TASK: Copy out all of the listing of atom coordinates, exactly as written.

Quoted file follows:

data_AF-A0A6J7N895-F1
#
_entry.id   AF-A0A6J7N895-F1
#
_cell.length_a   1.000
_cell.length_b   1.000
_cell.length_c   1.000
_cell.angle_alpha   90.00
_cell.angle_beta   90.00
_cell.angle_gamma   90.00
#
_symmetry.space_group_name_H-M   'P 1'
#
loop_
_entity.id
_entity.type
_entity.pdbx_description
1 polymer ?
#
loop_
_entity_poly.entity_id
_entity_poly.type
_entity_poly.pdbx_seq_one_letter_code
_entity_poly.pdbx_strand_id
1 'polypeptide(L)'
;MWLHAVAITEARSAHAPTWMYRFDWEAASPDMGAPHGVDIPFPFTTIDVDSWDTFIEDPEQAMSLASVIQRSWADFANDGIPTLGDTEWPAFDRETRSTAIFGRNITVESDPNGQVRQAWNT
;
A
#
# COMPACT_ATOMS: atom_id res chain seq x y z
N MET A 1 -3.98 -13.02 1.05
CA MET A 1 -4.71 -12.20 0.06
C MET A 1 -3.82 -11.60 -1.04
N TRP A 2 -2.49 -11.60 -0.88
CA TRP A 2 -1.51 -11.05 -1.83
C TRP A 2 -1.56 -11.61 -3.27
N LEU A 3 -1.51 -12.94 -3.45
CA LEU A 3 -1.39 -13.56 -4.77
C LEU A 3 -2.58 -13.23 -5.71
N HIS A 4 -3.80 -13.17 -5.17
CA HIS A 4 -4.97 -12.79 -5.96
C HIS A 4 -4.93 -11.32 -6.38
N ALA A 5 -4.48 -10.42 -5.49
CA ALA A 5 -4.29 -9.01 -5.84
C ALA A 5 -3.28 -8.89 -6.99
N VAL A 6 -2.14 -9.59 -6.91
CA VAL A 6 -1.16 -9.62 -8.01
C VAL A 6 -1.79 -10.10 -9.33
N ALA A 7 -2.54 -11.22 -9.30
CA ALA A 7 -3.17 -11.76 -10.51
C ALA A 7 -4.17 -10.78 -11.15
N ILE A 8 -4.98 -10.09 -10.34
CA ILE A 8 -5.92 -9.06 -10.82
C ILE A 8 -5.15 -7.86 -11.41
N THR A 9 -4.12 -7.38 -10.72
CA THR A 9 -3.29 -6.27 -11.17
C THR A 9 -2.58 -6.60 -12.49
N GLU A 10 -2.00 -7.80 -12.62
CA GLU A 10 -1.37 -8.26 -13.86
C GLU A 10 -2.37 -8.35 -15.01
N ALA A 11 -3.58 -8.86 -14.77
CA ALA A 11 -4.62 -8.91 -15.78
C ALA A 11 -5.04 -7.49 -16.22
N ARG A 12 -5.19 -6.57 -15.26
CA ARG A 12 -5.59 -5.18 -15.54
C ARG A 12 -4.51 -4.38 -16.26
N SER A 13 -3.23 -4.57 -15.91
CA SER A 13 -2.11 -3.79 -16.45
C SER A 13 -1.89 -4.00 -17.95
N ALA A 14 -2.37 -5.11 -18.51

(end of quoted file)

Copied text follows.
data_AF-A0A6J7N895-F1
#
_entry.id   AF-A0A6J7N895-F1
#
_cell.length_a   1.000
_cell.length_b   1.000
_cell.length_c   1.000
_cell.angle_alpha   90.00
_cell.angle_beta   90.00
_cell.angle_gamma   90.00
#
_symmetry.space_group_name_H-M   'P 1'
#
loop_
_entity.id
_entity.type
_entity.pdbx_description
1 polymer ?
#
loop_
_entity_poly.entity_id
_entity_poly.type
_entity_poly.pdbx_seq_one_letter_code
_entity_poly.pdbx_strand_id
1 'polypeptide(L)'
;MWLHAVAITEARSAHAPTWMYRFDWEAASPDMGAPHGVDIPFPFTTIDVDSWDTFIEDPEQAMSLASVIQRSWADFANDGIPTLGDTEWPAFDRETRSTAIFGRNITVESDPNGQVRQAWNT
;
A
#
# COMPACT_ATOMS: atom_id res chain seq x y z
N MET A 1 -3.98 -13.02 1.05
CA MET A 1 -4.71 -12.20 0.06
C MET A 1 -3.82 -11.60 -1.04
N TRP A 2 -2.49 -11.60 -0.88
CA TRP A 2 -1.51 -11.05 -1.83
C TRP A 2 -1.56 -11.61 -3.27
N LEU A 3 -1.51 -12.94 -3.45
CA LEU A 3 -1.39 -13.56 -4.77
C LEU A 3 -2.58 -13.23 -5.71
N HIS A 4 -3.80 -13.17 -5.17
CA HIS A 4 -4.97 -12.79 -5.96
C HIS A 4 -4.93 -11.32 -6.38
N ALA A 5 -4.48 -10.42 -5.49
CA ALA A 5 -4.29 -9.01 -5.84
C ALA A 5 -3.28 -8.89 -6.99
N VAL A 6 -2.14 -9.59 -6.91
CA VAL A 6 -1.16 -9.62 -8.01
C VAL A 6 -1.79 -10.10 -9.33
N ALA A 7 -2.54 -11.22 -9.30
CA ALA A 7 -3.17 -11.76 -10.51
C ALA A 7 -4.17 -10.78 -11.15
N ILE A 8 -4.98 -10.09 -10.34
CA ILE A 8 -5.92 -9.06 -10.82
C ILE A 8 -5.15 -7.86 -11.41
N THR A 9 -4.12 -7.38 -10.72
CA THR A 9 -3.29 -6.27 -11.17
C THR A 9 -2.58 -6.60 -12.49
N GLU A 10 -2.00 -7.80 -12.62
CA GLU A 10 -1.37 -8.26 -13.86
C GLU A 10 -2.37 -8.35 -15.01
N ALA A 11 -3.58 -8.86 -14.77
CA ALA A 11 -4.62 -8.91 -15.78
C ALA A 11 -5.04 -7.49 -16.22
N ARG A 12 -5.19 -6.57 -15.26
CA ARG A 12 -5.59 -5.18 -15.54
C ARG A 12 -4.51 -4.38 -16.26
N SER A 13 -3.23 -4.57 -15.91
CA SER A 13 -2.11 -3.79 -16.45
C SER A 13 -1.89 -4.00 -17.95
N ALA A 14 -2.37 -5.11 -18.51